Review of solo exhibition on "Two Coats of Paint"


Nancy Powhida: At home in another world

Nancy Powhida, Menagerie, 1987, graphite on paper, 39.5 x 75 inches

Contributed by Jonathan Stevenson 

Nancy Powhida, age 80, has just had her first solo exhibition in New York, curated by Kristen Jensen at Essex Flowers. Titled a deceptively straightforward “Oh Dear! Our Life was Like a Horror Show! (No Wonder You Had to Learn to be Resourceful),” the show comprised six graphite drawings and one oil painting, each piece an unnervingly moving revelation.

Nancy Powhida, Dread, 1987, graphite on paper 23 x 23 inches

Powhida’s signature device is to lightly anthropomorphize and activate dolls, stuffed animals, and pets, and cast them alongside real people, with no telegraphed distinction, in the drama of her interior life. Some drawings superficially involve routine play – a child, as one would, commiserates with a doll or converses with a teddy bear – but in Jensen’s deft arrangement these tableaux segued to eerier things: a vaguely baleful dog in a trench coat standing over a stricken girl (or doll); a small boy sitting on a couch next to a headless seamstress’s mannequin flanked by one small dog and one preternaturally big one; a crowded domestic room of humans seamlessly interspersed with animals. Alice in Wonderland meets American Gothic.

Nancy Powhida, Motherhood, 1987, graphite on paper, 28.25 x 40.75

There is nothing cloyingly precious or whimsical about this stratagem: it is not an aesthetic shtick but rather a hard-nosed means of coping, the dolls and animals as serious as a heart attack. The drawings, in turn, are titled with single, richly connotative words: Warmth, Confrontation, Concerns, Dread, Motherhood, and, perhaps inevitably, Menagerie. Powhida made the work when she was in her forties, contending with life as a practicing social worker and a single mother of two teenage boys – one of them the noted artist William Powhida, who has chronicled the social and political travails of the twenty-first century with a kindred brand of acerbic wit. Her drawings feature thick, compulsive black strokes, abundantly shadowed. These qualities, with the pictures’ sweetly warped content, lend them a haunted yet grounded vibe — Maurice Sendak moving towards Max Beckmann.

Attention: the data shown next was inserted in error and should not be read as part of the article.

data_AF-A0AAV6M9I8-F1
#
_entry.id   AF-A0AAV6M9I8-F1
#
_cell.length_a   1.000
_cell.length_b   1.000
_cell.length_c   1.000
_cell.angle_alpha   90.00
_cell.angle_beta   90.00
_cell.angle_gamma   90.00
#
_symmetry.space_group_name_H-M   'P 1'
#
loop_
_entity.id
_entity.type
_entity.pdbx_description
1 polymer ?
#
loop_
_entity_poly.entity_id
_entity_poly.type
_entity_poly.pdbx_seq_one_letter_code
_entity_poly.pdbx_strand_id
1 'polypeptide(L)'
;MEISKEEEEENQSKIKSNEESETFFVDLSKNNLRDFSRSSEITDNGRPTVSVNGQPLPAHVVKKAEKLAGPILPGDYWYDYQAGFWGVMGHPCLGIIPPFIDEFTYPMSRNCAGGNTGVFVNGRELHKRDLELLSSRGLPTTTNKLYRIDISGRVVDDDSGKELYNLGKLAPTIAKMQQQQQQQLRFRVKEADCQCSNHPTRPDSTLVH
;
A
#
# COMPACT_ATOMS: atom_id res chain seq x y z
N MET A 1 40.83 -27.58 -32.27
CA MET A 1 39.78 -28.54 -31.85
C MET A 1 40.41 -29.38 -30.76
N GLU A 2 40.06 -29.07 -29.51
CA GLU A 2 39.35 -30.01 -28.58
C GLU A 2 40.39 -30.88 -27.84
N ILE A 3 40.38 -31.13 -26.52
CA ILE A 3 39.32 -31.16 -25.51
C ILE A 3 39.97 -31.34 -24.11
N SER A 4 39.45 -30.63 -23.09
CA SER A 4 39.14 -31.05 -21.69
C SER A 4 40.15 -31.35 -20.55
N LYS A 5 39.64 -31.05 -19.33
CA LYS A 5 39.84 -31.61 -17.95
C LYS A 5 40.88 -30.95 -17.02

Nancy Powhida, The Family, 1988, oil on canvas, 45 x 54 inches

Powhida seems at home in another world, vitally linked to the real one, in which subtext cannot stay buried and earthly boundaries fall away. She still struggles for primacy as the adult human in the room: the painting, called The Family, depicts an enthroned woman surrounded by children and animals, none overtly predatory but none unambiguously benign, either. The deep, gritty, not uncheerful paint may intimate her acceptance of that tension and her station. Her proclivity is to depict dourly outré social scenarios that conjure the proximity of domesticity to strife. Like Beckmann, she subdues comfortable preconceptions in favor of honest and sometimes painful emotional assessments, employing gently jarring images that burrow and nestle in the mind. What emerges from her solemn zoo is a portrait of offbeat humanism, quiet bravery, and enduring love, improbably articulated and thus all the more extraordinary.

Nancy Powhida: Oh Dear! Our Life was Like a Horror Show! (No Wonder You Had to Learn to be Resourceful),” Essex Flowers, 19 Monroe Street, New York, NY. May 27 – June 25, 2023.